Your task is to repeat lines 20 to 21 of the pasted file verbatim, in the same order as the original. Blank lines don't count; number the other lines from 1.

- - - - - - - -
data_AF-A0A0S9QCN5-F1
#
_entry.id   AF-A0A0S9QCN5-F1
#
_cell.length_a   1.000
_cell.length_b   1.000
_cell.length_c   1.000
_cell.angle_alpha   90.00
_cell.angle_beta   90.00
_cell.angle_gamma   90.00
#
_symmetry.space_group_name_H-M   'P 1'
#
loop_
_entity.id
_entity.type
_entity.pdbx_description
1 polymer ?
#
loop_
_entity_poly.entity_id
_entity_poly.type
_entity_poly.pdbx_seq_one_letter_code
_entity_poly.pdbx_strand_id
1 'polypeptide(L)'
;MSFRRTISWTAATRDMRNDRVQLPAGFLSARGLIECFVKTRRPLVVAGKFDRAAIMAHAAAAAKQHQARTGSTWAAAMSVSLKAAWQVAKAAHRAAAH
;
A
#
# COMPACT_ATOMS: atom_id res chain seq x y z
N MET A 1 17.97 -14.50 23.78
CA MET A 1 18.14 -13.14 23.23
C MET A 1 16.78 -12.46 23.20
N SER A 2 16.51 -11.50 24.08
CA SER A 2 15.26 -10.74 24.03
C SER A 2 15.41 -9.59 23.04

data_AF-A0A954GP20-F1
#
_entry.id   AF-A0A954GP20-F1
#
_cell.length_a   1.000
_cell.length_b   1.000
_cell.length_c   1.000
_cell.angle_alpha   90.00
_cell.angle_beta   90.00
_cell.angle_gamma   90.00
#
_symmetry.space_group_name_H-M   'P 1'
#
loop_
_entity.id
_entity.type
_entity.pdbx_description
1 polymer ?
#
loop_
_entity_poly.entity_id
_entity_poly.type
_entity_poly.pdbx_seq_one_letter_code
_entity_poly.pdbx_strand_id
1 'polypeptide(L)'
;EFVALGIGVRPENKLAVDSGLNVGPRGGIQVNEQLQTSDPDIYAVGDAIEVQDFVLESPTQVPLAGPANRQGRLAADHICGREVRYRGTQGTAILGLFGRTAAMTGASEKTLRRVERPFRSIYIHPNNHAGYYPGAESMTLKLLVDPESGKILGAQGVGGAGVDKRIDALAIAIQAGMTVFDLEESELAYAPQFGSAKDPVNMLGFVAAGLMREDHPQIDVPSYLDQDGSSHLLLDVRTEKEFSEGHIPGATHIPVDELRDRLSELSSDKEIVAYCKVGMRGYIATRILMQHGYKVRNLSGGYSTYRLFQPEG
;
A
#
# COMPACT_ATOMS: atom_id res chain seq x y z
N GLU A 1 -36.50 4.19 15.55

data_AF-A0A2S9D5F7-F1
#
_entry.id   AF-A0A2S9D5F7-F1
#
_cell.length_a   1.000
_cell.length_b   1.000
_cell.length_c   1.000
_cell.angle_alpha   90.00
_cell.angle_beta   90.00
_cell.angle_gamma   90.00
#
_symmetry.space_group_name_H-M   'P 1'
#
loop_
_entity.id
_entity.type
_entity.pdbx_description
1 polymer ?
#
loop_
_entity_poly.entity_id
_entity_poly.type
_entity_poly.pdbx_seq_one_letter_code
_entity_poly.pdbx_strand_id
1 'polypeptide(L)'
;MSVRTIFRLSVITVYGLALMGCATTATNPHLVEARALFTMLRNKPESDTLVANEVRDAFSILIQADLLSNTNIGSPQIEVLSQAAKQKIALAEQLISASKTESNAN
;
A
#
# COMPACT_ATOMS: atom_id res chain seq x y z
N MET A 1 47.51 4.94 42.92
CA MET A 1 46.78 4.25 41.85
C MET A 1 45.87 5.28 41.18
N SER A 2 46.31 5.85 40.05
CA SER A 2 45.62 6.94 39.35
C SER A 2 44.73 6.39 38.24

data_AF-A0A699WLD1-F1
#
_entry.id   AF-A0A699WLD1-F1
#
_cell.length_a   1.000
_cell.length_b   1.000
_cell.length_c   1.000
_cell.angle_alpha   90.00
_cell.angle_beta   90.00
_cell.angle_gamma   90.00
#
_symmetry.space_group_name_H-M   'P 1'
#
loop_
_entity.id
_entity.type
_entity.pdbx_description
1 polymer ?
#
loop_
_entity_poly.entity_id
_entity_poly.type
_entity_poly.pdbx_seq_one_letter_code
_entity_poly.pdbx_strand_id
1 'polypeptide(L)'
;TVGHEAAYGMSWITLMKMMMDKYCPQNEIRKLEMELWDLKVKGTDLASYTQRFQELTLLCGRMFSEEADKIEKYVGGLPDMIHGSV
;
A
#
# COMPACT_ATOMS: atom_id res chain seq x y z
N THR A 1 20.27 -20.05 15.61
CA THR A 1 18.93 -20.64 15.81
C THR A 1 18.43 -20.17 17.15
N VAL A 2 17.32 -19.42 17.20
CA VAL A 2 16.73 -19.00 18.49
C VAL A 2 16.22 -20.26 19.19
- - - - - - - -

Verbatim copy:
loop_
_entity_poly.entity_id